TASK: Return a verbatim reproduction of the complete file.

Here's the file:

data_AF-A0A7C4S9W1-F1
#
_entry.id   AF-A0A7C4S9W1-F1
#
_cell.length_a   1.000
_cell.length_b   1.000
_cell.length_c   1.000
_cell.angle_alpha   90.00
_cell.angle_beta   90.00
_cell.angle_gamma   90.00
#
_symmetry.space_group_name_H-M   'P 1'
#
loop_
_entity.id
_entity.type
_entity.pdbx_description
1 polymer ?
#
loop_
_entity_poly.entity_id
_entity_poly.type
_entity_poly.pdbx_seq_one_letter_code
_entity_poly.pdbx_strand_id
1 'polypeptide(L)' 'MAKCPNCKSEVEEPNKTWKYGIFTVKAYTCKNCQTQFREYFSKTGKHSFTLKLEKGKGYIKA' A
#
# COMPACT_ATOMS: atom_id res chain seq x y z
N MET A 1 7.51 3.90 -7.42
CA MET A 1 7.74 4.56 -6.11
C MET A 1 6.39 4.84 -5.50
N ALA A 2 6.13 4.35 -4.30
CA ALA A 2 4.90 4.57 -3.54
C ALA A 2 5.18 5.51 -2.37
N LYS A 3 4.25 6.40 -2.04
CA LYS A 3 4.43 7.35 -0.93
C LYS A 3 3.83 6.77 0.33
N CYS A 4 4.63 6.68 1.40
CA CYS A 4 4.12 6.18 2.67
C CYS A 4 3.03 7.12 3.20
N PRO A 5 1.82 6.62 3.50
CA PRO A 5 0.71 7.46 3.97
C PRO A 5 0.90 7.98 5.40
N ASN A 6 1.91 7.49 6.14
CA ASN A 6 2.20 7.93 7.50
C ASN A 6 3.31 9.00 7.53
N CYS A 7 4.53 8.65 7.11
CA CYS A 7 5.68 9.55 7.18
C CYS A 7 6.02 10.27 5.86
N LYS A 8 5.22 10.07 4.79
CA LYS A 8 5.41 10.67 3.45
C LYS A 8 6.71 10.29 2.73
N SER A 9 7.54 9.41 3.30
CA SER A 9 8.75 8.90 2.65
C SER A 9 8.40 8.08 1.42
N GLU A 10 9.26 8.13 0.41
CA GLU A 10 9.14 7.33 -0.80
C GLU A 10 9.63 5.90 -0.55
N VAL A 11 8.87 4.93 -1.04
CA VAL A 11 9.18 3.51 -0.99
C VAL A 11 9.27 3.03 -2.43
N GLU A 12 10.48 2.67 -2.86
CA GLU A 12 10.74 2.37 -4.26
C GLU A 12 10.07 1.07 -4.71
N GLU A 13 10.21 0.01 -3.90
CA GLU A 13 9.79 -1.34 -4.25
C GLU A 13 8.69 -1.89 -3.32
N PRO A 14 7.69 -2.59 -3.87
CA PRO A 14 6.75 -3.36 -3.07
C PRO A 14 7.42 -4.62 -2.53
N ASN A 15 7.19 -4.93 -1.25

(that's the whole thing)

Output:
data_AF-A0A7C4S9W1-F1
#
_entry.id   AF-A0A7C4S9W1-F1
#
_cell.length_a   1.000
_cell.length_b   1.000
_cell.length_c   1.000
_cell.angle_alpha   90.00
_cell.angle_beta   90.00
_cell.angle_gamma   90.00
#
_symmetry.space_group_name_H-M   'P 1'
#
loop_
_entity.id
_entity.type
_entity.pdbx_description
1 polymer ?
#
loop_
_entity_poly.entity_id
_entity_poly.type
_entity_poly.pdbx_seq_one_letter_code
_entity_poly.pdbx_strand_id
1 'polypeptide(L)' 'MAKCPNCKSEVEEPNKTWKYGIFTVKAYTCKNCQTQFREYFSKTGKHSFTLKLEKGKGYIKA' A
#
# COMPACT_ATOMS: atom_id res chain seq x y z
N MET A 1 7.51 3.90 -7.42
CA MET A 1 7.74 4.56 -6.11
C MET A 1 6.39 4.84 -5.50
N ALA A 2 6.13 4.35 -4.30
CA ALA A 2 4.90 4.57 -3.54
C ALA A 2 5.18 5.51 -2.37
N LYS A 3 4.25 6.40 -2.04
CA LYS A 3 4.43 7.35 -0.93
C LYS A 3 3.83 6.77 0.33
N CYS A 4 4.63 6.68 1.40
CA CYS A 4 4.12 6.18 2.67
C CYS A 4 3.03 7.12 3.20
N PRO A 5 1.82 6.62 3.50
CA PRO A 5 0.71 7.46 3.97
C PRO A 5 0.90 7.98 5.40
N ASN A 6 1.91 7.49 6.14
CA ASN A 6 2.20 7.93 7.50
C ASN A 6 3.31 9.00 7.53
N CYS A 7 4.53 8.65 7.11
CA CYS A 7 5.68 9.55 7.18
C CYS A 7 6.02 10.27 5.86
N LYS A 8 5.22 10.07 4.79
CA LYS A 8 5.41 10.67 3.45
C LYS A 8 6.71 10.29 2.73
N SER A 9 7.54 9.41 3.30
CA SER A 9 8.75 8.90 2.65
C SER A 9 8.40 8.08 1.42
N GLU A 10 9.26 8.13 0.41
CA GLU A 10 9.14 7.33 -0.80
C GLU A 10 9.63 5.90 -0.55
N VAL A 11 8.87 4.93 -1.04
CA VAL A 11 9.18 3.51 -0.99
C VAL A 11 9.27 3.03 -2.43
N GLU A 12 10.48 2.67 -2.86
CA GLU A 12 10.74 2.37 -4.26
C GLU A 12 10.07 1.07 -4.71
N GLU A 13 10.21 0.01 -3.90
CA GLU A 13 9.79 -1.34 -4.25
C GLU A 13 8.69 -1.89 -3.32
N PRO A 14 7.69 -2.59 -3.87
CA PRO A 14 6.75 -3.36 -3.07
C PRO A 14 7.42 -4.62 -2.53
N ASN A 15 7.19 -4.93 -1.25